Thanks to post WWII advertising campaigns by the American Coffee Bureau, by 1950, America was a country of coffee drinkers. In the workplace, the 15-minute coffee break was born, and, if you were a housewife, once you got your husband off to work and the kids off to school, you likely participated in a daily, weekly or occasional mid-morning "coffee klatch" with neighborhood friends. The term "coffee klatch" comes from the German word "kaffeeklatsch", meaning "coffee chat" -- a casual gathering for sharing coffee and conversation with close confidants. Literally translated: kaffee = coffee, and, klatsch = gossip. I like to think of this social activity as kitchen therapy, and, in today's super-busy world, almost nothing sounds more relaxing than a neighborly invitation for coffee and cake: I'm feelin' the love.
I grew up in the Lehigh Valley region of Eastern Pennsylvania. Because of the large Pennsylvania Dutch influence in this area, I am no stranger to coffeecake. Everybody bakes them, eats them and loves them. There are many versions, but in this locale, almost all coffeecakes are rich buttercakes topped with a streusel of some sort. The term "Dutch" is slang for the German word "Deutsch", so, when we say Pennsylvania Dutch, we mean Deutsch and are crediting the German people for their delicious recipes.
Besides eating a lot of homemade coffeecakes, I also grew up during the heyday of the Drake's empire. Drake's (now owned by Hostess Brands) has been providing the Northeastern United States with snack-sized coffeecakes for over a century. In New Jersey and Pennsylvania, they compete head-to-head with Tastykake. Back in my elementary school days, my lunch box usually contained one of my two favorite desserts: a small, round Drake's coffeecake, or, a rectangular, snack-sized, lemon pudding-filled Tastykake pie.
A bit about coffeecake: Coffeecakes are rich, sweet, cake-like breads which are usually eaten for breakfast or brunch. While they are rich with butter and eggs, they are considerably less sweet than a standard cake, which is why they are perfect fare for breakfast or brunch. Some are made with yeast, but those made with baking soda and/or baking powder, which take less time to prepare and fall into the category of "quick" coffeecakes, are just as delicious. The batter is often made with with buttermilk, cream cheese, sour cream or yogurt, which adds a lovely tang. They often contain fresh or dried fruit or berries, jam, preserves, and, sometimes nuts, which adds even more delicious taste and texture. They can be served unembellished or with a dusting of confectioners' sugar, a glaze, a frosting, or a crumb or streusel topping. They can be round, square or rectangular, thick or thin, and, eaten at room temperature or slightly warm.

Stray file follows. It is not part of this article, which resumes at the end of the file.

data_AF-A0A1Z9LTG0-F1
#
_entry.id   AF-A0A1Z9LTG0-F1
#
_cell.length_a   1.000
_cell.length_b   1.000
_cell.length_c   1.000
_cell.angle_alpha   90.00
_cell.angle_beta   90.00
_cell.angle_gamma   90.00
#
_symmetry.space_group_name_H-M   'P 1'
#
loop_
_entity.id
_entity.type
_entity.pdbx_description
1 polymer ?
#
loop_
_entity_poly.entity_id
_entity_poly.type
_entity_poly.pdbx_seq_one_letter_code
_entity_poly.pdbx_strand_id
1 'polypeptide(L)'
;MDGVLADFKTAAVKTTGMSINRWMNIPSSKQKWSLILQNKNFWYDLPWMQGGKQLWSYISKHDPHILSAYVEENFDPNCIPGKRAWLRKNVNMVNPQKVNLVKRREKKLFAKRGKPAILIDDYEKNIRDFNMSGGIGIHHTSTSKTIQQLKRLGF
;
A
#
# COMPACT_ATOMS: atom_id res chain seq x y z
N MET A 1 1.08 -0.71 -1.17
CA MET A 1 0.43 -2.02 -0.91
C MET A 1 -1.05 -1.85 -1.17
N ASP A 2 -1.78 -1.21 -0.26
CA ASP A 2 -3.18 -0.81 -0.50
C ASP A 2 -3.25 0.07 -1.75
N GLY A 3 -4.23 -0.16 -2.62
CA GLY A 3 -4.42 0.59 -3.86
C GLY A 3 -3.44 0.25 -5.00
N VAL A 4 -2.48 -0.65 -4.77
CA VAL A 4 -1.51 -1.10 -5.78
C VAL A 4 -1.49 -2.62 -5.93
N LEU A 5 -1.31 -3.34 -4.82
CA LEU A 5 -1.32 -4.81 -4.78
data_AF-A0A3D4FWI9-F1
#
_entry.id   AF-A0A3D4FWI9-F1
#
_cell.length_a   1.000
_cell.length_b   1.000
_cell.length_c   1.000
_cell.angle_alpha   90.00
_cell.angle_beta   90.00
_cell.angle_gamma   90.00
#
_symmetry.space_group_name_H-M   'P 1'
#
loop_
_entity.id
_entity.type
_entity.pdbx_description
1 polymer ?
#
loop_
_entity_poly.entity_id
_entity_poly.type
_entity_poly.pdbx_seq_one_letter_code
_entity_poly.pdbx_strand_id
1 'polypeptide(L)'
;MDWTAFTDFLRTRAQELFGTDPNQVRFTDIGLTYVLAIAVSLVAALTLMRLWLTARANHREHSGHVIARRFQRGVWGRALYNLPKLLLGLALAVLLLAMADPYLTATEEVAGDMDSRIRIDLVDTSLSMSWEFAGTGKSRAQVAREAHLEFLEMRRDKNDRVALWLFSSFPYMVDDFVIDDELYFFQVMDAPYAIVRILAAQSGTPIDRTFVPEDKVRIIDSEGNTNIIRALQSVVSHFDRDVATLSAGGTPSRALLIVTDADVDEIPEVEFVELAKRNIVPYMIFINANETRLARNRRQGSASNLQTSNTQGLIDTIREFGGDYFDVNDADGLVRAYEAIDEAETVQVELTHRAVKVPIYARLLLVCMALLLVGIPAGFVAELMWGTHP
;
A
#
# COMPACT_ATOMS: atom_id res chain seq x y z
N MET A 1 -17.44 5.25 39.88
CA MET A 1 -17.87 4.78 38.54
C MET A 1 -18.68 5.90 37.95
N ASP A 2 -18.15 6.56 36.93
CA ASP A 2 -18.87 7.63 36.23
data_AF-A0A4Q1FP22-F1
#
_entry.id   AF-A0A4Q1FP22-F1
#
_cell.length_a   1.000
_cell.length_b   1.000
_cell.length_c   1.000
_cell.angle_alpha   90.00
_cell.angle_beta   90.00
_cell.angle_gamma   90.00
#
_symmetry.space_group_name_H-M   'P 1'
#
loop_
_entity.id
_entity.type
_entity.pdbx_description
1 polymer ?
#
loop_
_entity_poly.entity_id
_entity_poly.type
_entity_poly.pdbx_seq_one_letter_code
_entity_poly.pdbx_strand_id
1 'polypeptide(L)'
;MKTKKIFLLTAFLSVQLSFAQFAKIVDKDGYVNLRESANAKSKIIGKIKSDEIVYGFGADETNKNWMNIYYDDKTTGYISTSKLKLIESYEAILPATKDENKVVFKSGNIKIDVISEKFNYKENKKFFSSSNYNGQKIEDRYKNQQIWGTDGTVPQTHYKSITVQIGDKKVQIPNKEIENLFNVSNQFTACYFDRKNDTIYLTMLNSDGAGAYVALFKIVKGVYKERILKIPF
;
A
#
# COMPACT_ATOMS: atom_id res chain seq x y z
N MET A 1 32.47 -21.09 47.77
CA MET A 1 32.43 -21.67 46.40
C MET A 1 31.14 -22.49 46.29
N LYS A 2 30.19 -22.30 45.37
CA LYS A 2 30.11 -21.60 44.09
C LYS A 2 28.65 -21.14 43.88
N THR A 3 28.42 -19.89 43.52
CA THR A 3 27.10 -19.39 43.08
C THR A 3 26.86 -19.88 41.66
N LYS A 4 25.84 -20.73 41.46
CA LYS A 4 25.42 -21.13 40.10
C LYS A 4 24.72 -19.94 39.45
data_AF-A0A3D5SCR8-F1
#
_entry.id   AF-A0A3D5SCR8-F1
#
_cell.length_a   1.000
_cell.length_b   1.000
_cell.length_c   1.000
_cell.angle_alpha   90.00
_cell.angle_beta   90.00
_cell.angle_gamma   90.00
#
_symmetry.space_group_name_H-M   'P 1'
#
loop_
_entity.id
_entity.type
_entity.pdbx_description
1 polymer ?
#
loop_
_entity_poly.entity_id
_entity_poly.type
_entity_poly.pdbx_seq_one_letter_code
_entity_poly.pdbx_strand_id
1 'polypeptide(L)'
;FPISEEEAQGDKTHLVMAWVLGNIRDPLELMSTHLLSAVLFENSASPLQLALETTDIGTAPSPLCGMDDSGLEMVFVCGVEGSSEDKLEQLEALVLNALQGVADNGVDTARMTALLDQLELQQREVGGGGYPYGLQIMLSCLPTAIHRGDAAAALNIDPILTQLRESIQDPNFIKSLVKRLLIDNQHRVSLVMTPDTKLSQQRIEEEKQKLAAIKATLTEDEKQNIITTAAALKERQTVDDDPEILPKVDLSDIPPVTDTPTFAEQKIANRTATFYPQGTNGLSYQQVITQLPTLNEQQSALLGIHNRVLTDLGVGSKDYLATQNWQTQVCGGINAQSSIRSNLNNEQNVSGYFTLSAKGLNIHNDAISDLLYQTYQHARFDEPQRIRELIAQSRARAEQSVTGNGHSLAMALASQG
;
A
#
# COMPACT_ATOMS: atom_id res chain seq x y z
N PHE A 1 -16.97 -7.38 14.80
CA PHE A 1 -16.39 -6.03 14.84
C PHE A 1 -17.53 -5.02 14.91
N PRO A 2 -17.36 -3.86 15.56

2 teaspoons ground cinnamon
1/2 teaspoon ground cloves
3/4 cup firmly-packed dark brown sugar
3 cups all-purpose flour
1 1/2 teaspoons each: baking powder and baking soda
3/4 teaspoon sea salt
1 1/2 cups sugar
3/4 cup salted butter, softened
2 teaspoons pure vanilla extract
3 large eggs
1 1/2 cups sour cream
1 1/2 cups Confectioners' sugar
1 tablespoon pure vanilla extract
3-4 tablespoons milk
In a small bowl, stir the sugar, extract and 3 tablespoons of milk. Add more milk until a smooth, drizzly consistency is reached, cover with plastic wrap and set aside while preparing coffeecake.
Add the brown sugar and cloves. Stir to coat the nuts in the spices. Do this prior to adding brown sugar.
Add the brown sugar and stir to combine. Set aside and prepare the cake batter as directed below.
~Step 2. Prepare the cake batter. In a medium bowl, stir together the flour, baking powder, baking soda and salt. Set aside. In a large mixing bowl, over medium-high speed of hand-held electric mixer, beat the sugar, butter, eggs and vanilla extract together for a full two minutes, scraping down the sides of the bowl occasionally. On low mixer speed, in three increments, add the flour mixture alternately with the sour cream, beating well after each addition.
~Step 3. Layering the batter and the filling in the cake pan. Spray the inside of a 10" angel-food-type 10" tube pan with no-stick cooking spray. Spoon about 2 cups of the batter into the bottom of pan and spread it around as evenly as you can. Sprinkle 1/2 cup of the filling mixture over top of batter. Repeat this process (2 cups batter, 1/2 cup filling, 2 cups batter, 1/2 cup filling) two more times, ending with a topping of filling. Give the pan a few gentle shakes back and forth on the surface of the counter to even batter out a bit.
Remove coffeecake from the oven and place it on a cooling rack to cool, in the pan, for 20 minutes.
Remove the cake from the pan by using the center tube as a handle to gently pull it up and out. Cool the coffeecake, on the bottom tube part of the pan, another 1-1 1/2 hours, prior to removing cake from the bottom tube part.
Cool cake on tube,1-1 1/2 hours, prior to removing from tube:
Special Equipment List: spoon; hand-held electric mixer; large rubber spatula; 10" angel-food-type tube pan; wire cooling rack; spoon or pastry bag (I use a pastry bag)
Cook's Note: Some people add berries or fruit to their coffeecake, while others prefer the rich taste of chocolate with their java. My recipe for ~ Coffeecake: Cinnamon-Orange, Chocolate-Chip, Pecan-Streusel ~ can be found in Categories 6 or 9.
"We are all in this food world together." ~ Melanie Preschutti
(Recipe, Commentary and Photos courtesy of Melanie's Kitchen/Copyright 2016)